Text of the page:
1887 Kurz and Allison View of the American Civil War Battle of Fort Donelson

FortDonelson-kurzallison-1887
$600.00
Battle of Fort Donelson.
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1887 Kurz and Allison View of the American Civil War Battle of Fort Donelson

FortDonelson-kurzallison-1887

Illustrates the Union victory at Fort Donelson - one of Ulysses S. Grant's first victories in the American Civil War.
$600.00

Title


Battle of Fort Donelson.
  1887 (dated)    19.5 x 25.5 in (49.53 x 64.77 cm)

Description


This is an 1887 Kurz and Allison view of the American Civil War Battle of Fort Donelson in Tennessee. The view illustrates the Union Army of the Tennessee commanded by Brigadier General Ulysses S. Grant (depicted on the left astride a horse) assaulting the Confederate stronghold at Fort Donalson.

The Battle of Fort Donalson

A major engagement in the Western Theater of the American Civil War, The Battle of Fort Donalson pitted an attacking Union force against a besieged Confederate force inside the fort. The battle was fought from February 12-16, 1862 and ended in a Union victory. Confederate forces, commanded by Brigadier General Gideon Johnson Pillow, unsuccessfully attempted to break out of the siege set by the Union Army of the Tennessee under the command of Brigadier General Ulysses S. Grant. After three days of savage fighting, Union General Ulysses S. Grant, responding to a note from Confederate Brigadier General Simon Bolivar Buckner, stated that the only terms of surrender he would offer would be 'unconditional surrender'. Buckner, who had been third in command, but was made commander after generals Floyd and Pillow fled, accepted Grant's terms, and ended the battle.

The Union victory opened a path to Nashville, which was evacuated by Confederate forces on February 23, becoming the first Confederate capital to fall into Union hands. Grant was promoted to major general, making him the second-highest-ranking officer in the Union Army. Over 12,000 Confederate soldiers were captured at the surrender, as they had been unable to escape the siege, and most of Tennessee now fell under Union control, although it was not immune to Confederate invasion or periodic raids.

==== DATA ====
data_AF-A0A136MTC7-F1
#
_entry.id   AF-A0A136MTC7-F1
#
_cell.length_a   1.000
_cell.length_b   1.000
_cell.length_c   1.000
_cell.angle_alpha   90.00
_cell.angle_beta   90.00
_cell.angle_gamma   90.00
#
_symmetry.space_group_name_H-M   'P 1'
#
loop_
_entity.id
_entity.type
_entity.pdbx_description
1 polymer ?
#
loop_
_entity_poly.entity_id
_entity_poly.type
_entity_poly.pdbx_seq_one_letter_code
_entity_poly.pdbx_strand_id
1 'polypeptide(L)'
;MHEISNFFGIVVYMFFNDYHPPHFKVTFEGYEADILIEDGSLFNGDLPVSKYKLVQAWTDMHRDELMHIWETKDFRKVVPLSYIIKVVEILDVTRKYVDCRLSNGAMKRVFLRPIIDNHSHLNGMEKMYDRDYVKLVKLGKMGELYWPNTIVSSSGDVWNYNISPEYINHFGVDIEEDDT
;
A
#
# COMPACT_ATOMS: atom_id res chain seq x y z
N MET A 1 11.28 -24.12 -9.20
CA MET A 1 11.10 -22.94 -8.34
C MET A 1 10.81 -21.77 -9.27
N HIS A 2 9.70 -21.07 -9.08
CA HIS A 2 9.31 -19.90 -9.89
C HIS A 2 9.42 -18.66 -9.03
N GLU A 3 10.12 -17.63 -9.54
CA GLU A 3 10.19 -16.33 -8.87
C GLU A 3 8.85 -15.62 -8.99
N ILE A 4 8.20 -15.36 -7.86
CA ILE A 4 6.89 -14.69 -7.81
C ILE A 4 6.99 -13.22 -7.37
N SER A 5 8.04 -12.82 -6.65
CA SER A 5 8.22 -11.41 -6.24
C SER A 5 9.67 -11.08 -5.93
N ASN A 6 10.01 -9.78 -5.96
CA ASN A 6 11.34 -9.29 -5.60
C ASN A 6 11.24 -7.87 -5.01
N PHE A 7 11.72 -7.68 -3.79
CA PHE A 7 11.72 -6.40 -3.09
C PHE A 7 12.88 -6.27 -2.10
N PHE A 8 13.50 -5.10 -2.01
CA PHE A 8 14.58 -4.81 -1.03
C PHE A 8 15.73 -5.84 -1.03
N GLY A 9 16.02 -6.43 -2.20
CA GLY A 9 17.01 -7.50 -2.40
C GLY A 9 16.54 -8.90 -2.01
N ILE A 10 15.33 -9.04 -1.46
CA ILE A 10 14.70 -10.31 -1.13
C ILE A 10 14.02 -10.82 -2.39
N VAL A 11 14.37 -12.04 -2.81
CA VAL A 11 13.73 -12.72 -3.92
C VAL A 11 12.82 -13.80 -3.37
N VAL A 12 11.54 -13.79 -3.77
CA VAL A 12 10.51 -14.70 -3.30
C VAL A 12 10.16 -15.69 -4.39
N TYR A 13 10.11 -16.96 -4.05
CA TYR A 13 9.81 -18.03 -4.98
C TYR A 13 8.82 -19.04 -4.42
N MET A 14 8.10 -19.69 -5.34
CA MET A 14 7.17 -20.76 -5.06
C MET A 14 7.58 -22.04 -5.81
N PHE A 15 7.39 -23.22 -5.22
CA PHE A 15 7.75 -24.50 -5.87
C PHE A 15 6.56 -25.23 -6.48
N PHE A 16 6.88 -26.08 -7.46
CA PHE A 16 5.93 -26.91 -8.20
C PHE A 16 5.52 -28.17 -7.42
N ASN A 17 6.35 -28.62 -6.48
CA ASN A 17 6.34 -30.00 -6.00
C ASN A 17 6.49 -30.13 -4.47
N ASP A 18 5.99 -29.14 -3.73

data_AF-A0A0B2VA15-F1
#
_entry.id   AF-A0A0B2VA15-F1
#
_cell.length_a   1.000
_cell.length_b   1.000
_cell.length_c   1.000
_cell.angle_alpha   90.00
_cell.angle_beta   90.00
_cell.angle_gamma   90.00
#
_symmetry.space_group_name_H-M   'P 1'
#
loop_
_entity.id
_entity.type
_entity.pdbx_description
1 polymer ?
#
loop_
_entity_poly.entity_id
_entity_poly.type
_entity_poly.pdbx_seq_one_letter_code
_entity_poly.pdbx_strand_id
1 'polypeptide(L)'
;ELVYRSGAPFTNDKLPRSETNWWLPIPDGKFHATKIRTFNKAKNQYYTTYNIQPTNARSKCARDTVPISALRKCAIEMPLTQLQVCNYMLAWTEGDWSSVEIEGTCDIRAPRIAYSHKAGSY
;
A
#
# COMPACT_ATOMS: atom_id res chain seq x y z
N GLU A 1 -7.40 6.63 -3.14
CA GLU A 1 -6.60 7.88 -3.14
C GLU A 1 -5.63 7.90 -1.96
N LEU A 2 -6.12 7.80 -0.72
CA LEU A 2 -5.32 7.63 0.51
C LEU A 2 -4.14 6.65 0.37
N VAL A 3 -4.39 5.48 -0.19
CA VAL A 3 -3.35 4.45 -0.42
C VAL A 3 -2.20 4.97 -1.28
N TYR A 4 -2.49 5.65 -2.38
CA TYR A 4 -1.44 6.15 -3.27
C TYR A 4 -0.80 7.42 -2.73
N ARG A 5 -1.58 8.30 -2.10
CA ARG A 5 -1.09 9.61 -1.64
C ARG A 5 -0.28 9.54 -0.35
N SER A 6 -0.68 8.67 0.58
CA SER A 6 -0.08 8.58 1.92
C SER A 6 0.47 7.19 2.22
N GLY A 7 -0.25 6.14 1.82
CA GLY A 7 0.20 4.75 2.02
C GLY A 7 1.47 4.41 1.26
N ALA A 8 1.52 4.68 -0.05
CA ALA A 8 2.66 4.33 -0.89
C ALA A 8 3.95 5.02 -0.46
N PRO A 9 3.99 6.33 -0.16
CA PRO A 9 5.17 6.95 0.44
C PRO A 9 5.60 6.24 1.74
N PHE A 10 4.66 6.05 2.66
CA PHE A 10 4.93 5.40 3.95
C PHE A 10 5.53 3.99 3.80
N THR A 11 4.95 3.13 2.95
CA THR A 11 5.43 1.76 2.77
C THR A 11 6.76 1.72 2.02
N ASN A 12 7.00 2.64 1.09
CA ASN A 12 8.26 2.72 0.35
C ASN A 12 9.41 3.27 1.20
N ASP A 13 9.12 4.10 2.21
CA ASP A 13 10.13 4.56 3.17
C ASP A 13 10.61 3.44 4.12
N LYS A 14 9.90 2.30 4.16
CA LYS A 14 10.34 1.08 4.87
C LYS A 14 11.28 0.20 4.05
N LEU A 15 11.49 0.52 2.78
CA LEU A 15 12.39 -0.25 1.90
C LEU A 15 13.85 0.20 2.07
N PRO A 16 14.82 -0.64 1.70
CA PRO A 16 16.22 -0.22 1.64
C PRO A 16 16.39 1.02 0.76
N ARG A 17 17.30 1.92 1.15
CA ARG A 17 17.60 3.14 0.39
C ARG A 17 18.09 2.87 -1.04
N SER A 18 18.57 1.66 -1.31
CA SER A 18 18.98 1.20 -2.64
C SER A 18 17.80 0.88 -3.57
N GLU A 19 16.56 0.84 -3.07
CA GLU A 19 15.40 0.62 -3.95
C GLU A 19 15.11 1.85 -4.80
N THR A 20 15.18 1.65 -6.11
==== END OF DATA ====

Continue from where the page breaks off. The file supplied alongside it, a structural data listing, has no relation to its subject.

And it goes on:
Kurz and Allison Civil War Lithographs

The publishing firm Kurz and Allison created a series of thirty-six battle scenes from the American Civil War in the late 1880s and early 1890s, of which this view is a part. At the time of their publication, remembrance of the Civil War was at an all-time high, as directly after the war everyone simply wanted to forget the carnage and horror of the previous four years. Kurz and Allison evidently wanted to capitalize on this sentiment. Although the Kurz and Allison views were not the first Civil War battle views to be published, they were by far the most popular. n a style reminiscent of Currier and Ives, Kurz and Allison lithographs not meant to be historical representations, and even, from time to time, included historical inaccuracies. Even so, 'prints depicting the Civil War battles by Kurz and Allison are among the most sought-after collectibles of Civil War enthusiasts.'

This view was published by Kurz and Allison in 1887.

Cartographer


Kurz and Allison (1880 - c. 1905) was an American publishing firm known for its chromolithographs. Founded by Louis Kurz (1835 - 1921) and Alexander Allison, the firm was based at 267-269 Wabash Avenue in Chicago. In the partnership, it is known that Kurz, an Austrian immigrant, was the lithographer and it is presumed that Allison provided the financial backing. The firm is most well-known for its series of thirty-six battle scenes from the American Civil War. At the time of their publication, the late 1880s and early 1890s, a general nostalgia was prevalent among Civil War veterans (of which Kurz was one), and evidently the company was trying to capitalize on the sentiment. Kurz and Allison's Civil War prints were not the first such prints to be issued, but they were by far the most popular. In a style reminiscent of Currier and Ives, Kurz and Allison lithographs are not meant to be historical representations, and even, from time to time, included historical inaccuracies. Even so, 'prints depicting the Civil War battles by Kurz and Allison are among the most sought-after collectibles of Civil War enthusiasts.' Their prints are also notable for featuring African-American soldiers, a rarity for the era. After the outbreak of the Spanish-American War, the firm published views from famous battles and continued doing so for the campaigns of the Philippine-American War and the Russo-Japanese War.

Condition


Good. Even overall toning. Closed margin tears professionally repaired on verso. Closed tear extending two inches in uper left quadrant of printed area professionally repaired on verso. Blank on verso.

References


OCLC 51155478.
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